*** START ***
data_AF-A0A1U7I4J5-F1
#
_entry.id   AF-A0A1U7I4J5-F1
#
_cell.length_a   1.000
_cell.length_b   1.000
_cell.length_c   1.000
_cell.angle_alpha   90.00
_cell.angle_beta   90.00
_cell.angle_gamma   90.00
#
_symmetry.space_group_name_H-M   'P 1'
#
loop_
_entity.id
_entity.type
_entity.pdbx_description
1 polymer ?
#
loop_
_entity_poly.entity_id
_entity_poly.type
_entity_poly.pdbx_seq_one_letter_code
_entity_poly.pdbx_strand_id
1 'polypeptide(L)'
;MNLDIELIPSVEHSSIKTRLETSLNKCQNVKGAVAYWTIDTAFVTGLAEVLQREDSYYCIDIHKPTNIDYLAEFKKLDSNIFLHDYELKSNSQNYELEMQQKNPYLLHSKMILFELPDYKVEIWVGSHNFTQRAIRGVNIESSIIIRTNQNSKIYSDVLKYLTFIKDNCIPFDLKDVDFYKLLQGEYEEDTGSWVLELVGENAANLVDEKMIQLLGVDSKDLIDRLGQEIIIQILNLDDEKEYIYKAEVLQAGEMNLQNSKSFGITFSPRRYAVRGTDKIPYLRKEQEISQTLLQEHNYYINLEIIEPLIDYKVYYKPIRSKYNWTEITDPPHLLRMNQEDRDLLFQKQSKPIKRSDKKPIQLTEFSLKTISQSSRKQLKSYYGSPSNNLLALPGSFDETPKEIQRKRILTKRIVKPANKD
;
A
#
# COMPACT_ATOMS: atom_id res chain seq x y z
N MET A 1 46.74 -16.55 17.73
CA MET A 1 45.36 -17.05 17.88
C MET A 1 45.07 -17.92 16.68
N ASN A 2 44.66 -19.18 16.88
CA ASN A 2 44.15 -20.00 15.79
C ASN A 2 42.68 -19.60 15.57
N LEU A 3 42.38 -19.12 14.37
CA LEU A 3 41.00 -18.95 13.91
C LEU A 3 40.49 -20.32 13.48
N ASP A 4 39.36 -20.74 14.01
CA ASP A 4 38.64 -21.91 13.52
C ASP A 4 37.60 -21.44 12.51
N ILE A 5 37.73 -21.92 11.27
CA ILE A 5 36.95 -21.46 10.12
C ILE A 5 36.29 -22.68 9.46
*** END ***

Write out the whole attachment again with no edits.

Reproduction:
data_AF-A0A1U7I4J5-F1
#
_entry.id   AF-A0A1U7I4J5-F1
#
_cell.length_a   1.000
_cell.length_b   1.000
_cell.length_c   1.000
_cell.angle_alpha   90.00
_cell.angle_beta   90.00
_cell.angle_gamma   90.00
#
_symmetry.space_group_name_H-M   'P 1'
#
loop_
_entity.id
_entity.type
_entity.pdbx_description
1 polymer ?
#
loop_
_entity_poly.entity_id
_entity_poly.type
_entity_poly.pdbx_seq_one_letter_code
_entity_poly.pdbx_strand_id
1 'polypeptide(L)'
;MNLDIELIPSVEHSSIKTRLETSLNKCQNVKGAVAYWTIDTAFVTGLAEVLQREDSYYCIDIHKPTNIDYLAEFKKLDSNIFLHDYELKSNSQNYELEMQQKNPYLLHSKMILFELPDYKVEIWVGSHNFTQRAIRGVNIESSIIIRTNQNSKIYSDVLKYLTFIKDNCIPFDLKDVDFYKLLQGEYEEDTGSWVLELVGENAANLVDEKMIQLLGVDSKDLIDRLGQEIIIQILNLDDEKEYIYKAEVLQAGEMNLQNSKSFGITFSPRRYAVRGTDKIPYLRKEQEISQTLLQEHNYYINLEIIEPLIDYKVYYKPIRSKYNWTEITDPPHLLRMNQEDRDLLFQKQSKPIKRSDKKPIQLTEFSLKTISQSSRKQLKSYYGSPSNNLLALPGSFDETPKEIQRKRILTKRIVKPANKD
;
A
#
# COMPACT_ATOMS: atom_id res chain seq x y z
N MET A 1 46.74 -16.55 17.73
CA MET A 1 45.36 -17.05 17.88
C MET A 1 45.07 -17.92 16.68
N ASN A 2 44.66 -19.18 16.88
CA ASN A 2 44.15 -20.00 15.79
C ASN A 2 42.68 -19.60 15.57
N LEU A 3 42.38 -19.12 14.37
CA LEU A 3 41.00 -18.95 13.91
C LEU A 3 40.49 -20.32 13.48
N ASP A 4 39.36 -20.74 14.01
CA ASP A 4 38.64 -21.91 13.52
C ASP A 4 37.60 -21.44 12.51
N ILE A 5 37.73 -21.92 11.27
CA ILE A 5 36.95 -21.46 10.12
C ILE A 5 36.29 -22.68 9.46